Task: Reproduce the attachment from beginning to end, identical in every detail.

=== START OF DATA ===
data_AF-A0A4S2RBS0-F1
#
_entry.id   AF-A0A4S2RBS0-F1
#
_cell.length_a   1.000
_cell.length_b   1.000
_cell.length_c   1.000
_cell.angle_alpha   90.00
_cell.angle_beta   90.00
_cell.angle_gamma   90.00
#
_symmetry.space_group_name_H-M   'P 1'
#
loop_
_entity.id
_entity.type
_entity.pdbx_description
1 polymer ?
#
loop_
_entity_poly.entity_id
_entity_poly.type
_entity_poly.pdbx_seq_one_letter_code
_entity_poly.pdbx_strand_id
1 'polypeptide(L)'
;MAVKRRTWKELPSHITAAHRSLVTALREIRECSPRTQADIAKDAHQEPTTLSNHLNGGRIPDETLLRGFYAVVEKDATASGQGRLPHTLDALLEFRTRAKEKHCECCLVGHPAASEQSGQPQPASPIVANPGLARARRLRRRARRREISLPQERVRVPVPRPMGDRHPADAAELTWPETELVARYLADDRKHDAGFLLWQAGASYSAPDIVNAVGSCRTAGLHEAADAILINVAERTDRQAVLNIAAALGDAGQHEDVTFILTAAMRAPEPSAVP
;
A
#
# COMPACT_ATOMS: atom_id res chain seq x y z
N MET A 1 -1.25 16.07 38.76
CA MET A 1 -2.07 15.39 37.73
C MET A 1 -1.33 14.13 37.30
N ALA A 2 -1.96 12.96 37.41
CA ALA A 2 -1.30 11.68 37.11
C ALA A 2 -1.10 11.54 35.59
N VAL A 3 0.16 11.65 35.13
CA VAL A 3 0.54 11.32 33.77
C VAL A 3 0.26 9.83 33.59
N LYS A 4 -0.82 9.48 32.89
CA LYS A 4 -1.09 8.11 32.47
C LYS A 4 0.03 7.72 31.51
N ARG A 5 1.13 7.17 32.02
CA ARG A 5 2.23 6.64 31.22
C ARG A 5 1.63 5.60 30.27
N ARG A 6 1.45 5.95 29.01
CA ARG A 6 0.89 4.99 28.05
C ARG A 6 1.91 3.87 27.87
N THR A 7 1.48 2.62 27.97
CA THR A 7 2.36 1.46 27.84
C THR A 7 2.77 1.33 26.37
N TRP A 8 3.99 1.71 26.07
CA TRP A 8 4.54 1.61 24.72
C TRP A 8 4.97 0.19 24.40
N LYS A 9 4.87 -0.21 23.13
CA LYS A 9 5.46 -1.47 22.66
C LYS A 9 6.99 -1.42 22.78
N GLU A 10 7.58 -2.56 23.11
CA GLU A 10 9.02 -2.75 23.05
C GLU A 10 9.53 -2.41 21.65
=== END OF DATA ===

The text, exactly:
data_AF-A0A4S2RBS0-F1
#
_entry.id   AF-A0A4S2RBS0-F1
#
_cell.length_a   1.000
_cell.length_b   1.000
_cell.length_c   1.000
_cell.angle_alpha   90.00
_cell.angle_beta   90.00
_cell.angle_gamma   90.00
#
_symmetry.space_group_name_H-M   'P 1'
#
loop_
_entity.id
_entity.type
_entity.pdbx_description
1 polymer ?
#
loop_
_entity_poly.entity_id
_entity_poly.type
_entity_poly.pdbx_seq_one_letter_code
_entity_poly.pdbx_strand_id
1 'polypeptide(L)'
;MAVKRRTWKELPSHITAAHRSLVTALREIRECSPRTQADIAKDAHQEPTTLSNHLNGGRIPDETLLRGFYAVVEKDATASGQGRLPHTLDALLEFRTRAKEKHCECCLVGHPAASEQSGQPQPASPIVANPGLARARRLRRRARRREISLPQERVRVPVPRPMGDRHPADAAELTWPETELVARYLADDRKHDAGFLLWQAGASYSAPDIVNAVGSCRTAGLHEAADAILINVAERTDRQAVLNIAAALGDAGQHEDVTFILTAAMRAPEPSAVP
;
A
#
# COMPACT_ATOMS: atom_id res chain seq x y z
N MET A 1 -1.25 16.07 38.76
CA MET A 1 -2.07 15.39 37.73
C MET A 1 -1.33 14.13 37.30
N ALA A 2 -1.96 12.96 37.41
CA ALA A 2 -1.30 11.68 37.11
C ALA A 2 -1.10 11.54 35.59
N VAL A 3 0.16 11.65 35.13
CA VAL A 3 0.54 11.32 33.77
C VAL A 3 0.26 9.83 33.59
N LYS A 4 -0.82 9.48 32.89
CA LYS A 4 -1.09 8.11 32.47
C LYS A 4 0.03 7.72 31.51
N ARG A 5 1.13 7.17 32.02
CA ARG A 5 2.23 6.64 31.22
C ARG A 5 1.63 5.60 30.27
N ARG A 6 1.45 5.95 29.01
CA ARG A 6 0.89 4.99 28.05
C ARG A 6 1.91 3.87 27.87
N THR A 7 1.48 2.62 27.97
CA THR A 7 2.36 1.46 27.84
C THR A 7 2.77 1.33 26.37
N TRP A 8 3.99 1.71 26.07
CA TRP A 8 4.54 1.61 24.72
C TRP A 8 4.97 0.19 24.40
N LYS A 9 4.87 -0.21 23.13
CA LYS A 9 5.46 -1.47 22.66
C LYS A 9 6.99 -1.42 22.78
N GLU A 10 7.58 -2.56 23.11
CA GLU A 10 9.02 -2.75 23.05
C GLU A 10 9.53 -2.41 21.65